One day, I showed up at the shelter and was presented with a gift from my Swimming Buddy: a chain of pipe cleaners. It was more than just that, however, as she explained: “This is a necklace I made for you. You have to wear it at all times”. With most kids, you’d think you could nod and say, “of course, I will always wear it”, but I had trouble lying to these children. They’d been lied to plenty all ready, and for me to lie, even about something as small as this, didn’t feel right. Plus, I’d get caught: I’d have to wear this necklace for the rest of the summer. With that said, I also couldn’t very well wear a pipe cleaner necklace for the rest of my life. So, using my slick negotiating skills, I made a counter offer. “How about my car wears it at all times?” I suggested. “That way I can always remember our trip to the beach whenever I’m driving.” My swimming buddy was immediately pleased: anything that would plaster the memory of our trip to the beach in my mind was alright with her. We shook on it. The deal was done.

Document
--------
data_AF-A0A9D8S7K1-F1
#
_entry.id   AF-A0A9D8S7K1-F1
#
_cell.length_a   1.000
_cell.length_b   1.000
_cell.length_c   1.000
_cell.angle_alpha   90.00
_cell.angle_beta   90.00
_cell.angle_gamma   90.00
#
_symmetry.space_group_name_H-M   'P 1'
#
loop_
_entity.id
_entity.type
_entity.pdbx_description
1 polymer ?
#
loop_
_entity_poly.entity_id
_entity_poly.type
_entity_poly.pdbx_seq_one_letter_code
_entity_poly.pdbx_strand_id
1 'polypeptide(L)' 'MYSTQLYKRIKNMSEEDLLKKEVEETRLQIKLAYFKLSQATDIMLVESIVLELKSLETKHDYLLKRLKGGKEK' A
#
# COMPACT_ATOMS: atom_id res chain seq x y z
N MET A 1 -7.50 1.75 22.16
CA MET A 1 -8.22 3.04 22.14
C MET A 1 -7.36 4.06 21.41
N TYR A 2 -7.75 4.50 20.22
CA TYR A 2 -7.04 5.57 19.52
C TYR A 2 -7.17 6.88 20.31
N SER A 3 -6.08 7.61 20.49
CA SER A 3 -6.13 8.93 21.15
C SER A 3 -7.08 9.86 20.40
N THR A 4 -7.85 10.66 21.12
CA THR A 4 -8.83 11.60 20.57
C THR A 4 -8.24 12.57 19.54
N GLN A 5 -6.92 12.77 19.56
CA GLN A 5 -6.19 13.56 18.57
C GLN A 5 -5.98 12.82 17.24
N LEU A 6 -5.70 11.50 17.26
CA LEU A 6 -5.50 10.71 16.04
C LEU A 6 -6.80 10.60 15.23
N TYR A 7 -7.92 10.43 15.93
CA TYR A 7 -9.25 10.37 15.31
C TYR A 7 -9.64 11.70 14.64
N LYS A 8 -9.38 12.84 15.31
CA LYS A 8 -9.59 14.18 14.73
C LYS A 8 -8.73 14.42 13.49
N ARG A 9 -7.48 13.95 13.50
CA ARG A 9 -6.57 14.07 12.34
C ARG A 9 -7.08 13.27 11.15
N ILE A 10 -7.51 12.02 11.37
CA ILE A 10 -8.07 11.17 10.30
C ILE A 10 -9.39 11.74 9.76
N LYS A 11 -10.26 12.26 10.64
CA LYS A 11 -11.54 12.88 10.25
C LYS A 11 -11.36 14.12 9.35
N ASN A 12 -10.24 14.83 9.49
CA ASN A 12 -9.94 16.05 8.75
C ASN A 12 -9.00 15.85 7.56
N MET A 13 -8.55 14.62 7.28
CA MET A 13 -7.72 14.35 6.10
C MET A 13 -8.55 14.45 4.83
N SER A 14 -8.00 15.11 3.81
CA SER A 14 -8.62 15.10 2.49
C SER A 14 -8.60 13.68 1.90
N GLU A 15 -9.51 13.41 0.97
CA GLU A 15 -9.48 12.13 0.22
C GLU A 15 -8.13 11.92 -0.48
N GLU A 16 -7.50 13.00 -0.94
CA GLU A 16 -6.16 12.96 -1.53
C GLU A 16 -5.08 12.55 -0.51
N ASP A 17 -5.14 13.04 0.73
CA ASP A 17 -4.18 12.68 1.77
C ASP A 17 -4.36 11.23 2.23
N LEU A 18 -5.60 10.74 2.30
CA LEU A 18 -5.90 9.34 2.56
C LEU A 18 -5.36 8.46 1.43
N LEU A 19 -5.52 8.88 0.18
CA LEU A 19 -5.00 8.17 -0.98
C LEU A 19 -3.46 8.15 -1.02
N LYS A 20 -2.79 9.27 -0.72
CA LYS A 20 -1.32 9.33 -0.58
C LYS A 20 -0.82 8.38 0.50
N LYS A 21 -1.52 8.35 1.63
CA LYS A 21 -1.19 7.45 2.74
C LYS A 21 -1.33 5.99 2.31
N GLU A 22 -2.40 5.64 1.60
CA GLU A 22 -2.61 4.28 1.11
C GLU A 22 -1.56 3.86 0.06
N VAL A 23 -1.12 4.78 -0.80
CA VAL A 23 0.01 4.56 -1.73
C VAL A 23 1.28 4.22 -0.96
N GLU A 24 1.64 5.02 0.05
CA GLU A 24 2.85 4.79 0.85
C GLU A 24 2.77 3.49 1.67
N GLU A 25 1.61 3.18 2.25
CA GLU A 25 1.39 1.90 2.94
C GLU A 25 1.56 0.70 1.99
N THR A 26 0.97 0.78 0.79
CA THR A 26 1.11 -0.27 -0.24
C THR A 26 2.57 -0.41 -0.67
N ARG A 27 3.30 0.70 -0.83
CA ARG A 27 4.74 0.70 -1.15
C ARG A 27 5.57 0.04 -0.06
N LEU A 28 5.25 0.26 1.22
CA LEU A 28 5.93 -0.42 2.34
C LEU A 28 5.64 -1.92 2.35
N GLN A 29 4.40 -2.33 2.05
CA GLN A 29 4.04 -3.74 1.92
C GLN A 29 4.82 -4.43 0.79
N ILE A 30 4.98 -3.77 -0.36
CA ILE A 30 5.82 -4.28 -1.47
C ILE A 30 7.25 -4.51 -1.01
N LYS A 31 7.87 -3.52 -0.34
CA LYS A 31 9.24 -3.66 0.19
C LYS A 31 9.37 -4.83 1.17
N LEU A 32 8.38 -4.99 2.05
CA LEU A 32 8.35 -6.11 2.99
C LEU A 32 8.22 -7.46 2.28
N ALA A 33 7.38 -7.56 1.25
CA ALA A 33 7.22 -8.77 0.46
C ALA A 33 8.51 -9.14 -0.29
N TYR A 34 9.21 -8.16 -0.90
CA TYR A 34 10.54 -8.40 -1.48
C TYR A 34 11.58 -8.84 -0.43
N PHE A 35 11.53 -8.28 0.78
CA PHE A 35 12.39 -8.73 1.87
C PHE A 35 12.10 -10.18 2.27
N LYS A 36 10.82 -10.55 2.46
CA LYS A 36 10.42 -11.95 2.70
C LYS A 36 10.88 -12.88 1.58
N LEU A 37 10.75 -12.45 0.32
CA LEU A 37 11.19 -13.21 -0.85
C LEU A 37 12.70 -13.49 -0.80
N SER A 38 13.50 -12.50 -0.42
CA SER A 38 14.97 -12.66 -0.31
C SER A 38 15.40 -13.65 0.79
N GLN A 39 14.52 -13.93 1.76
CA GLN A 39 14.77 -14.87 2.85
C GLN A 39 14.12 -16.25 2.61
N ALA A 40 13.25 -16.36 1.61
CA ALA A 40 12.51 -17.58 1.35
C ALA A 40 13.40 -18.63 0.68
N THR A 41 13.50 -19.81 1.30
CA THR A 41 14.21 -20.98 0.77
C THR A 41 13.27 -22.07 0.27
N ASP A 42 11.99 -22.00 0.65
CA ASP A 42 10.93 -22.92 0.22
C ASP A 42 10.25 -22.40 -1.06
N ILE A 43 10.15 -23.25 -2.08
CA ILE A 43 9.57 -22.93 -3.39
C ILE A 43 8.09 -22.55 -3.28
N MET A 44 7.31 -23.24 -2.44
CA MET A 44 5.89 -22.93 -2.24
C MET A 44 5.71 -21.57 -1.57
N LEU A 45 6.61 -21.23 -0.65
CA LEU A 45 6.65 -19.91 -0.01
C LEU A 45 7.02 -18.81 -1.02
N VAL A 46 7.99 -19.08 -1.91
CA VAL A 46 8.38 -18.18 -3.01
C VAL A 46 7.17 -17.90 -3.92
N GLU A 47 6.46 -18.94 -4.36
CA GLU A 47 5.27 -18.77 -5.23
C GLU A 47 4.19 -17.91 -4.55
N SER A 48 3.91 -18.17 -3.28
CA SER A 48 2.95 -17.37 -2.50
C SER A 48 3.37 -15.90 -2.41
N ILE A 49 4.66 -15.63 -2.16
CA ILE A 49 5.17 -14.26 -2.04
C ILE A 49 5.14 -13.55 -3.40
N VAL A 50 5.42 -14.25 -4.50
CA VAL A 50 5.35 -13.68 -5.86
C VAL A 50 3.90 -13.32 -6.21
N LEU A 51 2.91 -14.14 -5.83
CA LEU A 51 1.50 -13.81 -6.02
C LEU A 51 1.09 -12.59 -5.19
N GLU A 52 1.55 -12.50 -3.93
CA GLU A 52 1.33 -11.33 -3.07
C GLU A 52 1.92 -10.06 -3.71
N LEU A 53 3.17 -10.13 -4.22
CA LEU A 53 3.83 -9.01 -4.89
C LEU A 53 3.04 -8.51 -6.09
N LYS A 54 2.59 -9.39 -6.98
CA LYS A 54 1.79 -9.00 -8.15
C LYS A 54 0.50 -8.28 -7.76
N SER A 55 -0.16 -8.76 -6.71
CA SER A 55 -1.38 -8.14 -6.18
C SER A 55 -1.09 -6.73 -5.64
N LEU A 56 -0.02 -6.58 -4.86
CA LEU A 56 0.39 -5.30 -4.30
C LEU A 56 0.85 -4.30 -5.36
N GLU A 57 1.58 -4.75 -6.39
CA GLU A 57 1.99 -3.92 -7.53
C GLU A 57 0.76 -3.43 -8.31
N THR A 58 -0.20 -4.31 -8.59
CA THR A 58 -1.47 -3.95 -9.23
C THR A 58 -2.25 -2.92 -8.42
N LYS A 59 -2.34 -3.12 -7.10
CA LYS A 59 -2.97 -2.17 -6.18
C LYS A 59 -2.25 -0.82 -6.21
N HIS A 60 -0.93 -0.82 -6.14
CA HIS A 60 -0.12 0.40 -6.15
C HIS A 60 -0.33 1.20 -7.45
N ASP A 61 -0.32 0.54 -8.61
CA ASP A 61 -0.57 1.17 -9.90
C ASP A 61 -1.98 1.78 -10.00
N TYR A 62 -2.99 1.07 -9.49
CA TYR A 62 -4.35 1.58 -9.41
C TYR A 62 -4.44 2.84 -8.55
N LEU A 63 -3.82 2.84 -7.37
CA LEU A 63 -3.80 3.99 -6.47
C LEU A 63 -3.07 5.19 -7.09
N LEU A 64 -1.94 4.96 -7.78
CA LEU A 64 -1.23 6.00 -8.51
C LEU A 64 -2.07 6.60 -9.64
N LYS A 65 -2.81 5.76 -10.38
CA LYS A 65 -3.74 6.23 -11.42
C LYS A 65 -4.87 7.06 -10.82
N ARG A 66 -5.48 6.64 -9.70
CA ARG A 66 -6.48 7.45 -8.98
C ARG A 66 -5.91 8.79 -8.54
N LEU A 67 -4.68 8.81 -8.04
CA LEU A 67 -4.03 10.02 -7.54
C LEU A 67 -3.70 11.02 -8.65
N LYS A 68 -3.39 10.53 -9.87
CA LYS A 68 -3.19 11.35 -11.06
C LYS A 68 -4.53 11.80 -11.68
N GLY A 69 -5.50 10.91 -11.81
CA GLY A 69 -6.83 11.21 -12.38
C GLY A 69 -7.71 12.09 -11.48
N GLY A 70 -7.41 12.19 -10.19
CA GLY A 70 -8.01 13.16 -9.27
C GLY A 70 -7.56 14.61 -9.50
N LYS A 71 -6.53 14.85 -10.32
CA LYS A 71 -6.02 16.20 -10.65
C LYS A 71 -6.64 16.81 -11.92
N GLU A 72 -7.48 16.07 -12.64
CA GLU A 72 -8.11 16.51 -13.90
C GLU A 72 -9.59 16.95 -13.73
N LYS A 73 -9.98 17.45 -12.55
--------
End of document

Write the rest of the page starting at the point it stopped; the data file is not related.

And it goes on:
That was three cars and nine years ago, and the necklace has been attached to my mirror ever since. I see it every day when I go to work, to the gym, or to run an errand. It dangles from the mirror when I take trips. It has served as a wonderful conversation starter (particularly on a first date with a certain girl I’m currently engaged to marry: “I used to work with kids at a DV shelter” is a good way to start a date). It encouraged me to get involved in Sexual Assault Prevention at Michigan State University during graduate school. But most importantly, it reminds me of a promise that I made to a little girl whose life was in a tough spot. The simple promise was to keep a string of pipe cleaners attached to my car mirror, but the bigger promise was to never forget. To never forget that there are always people who need help. To never forget that there are terrible things that happen in this world, and that I have a role to play in solving them. To never forget that I am a fortunate, lucky, privileged man who has a responsibility and the power to make the world a better place, even if that is just keeping a promise to a six year old, or helping make someone smile. So, every day, when I get into my car, I’m reminded that I made a promise to a little girl to make sure that I do something good that day.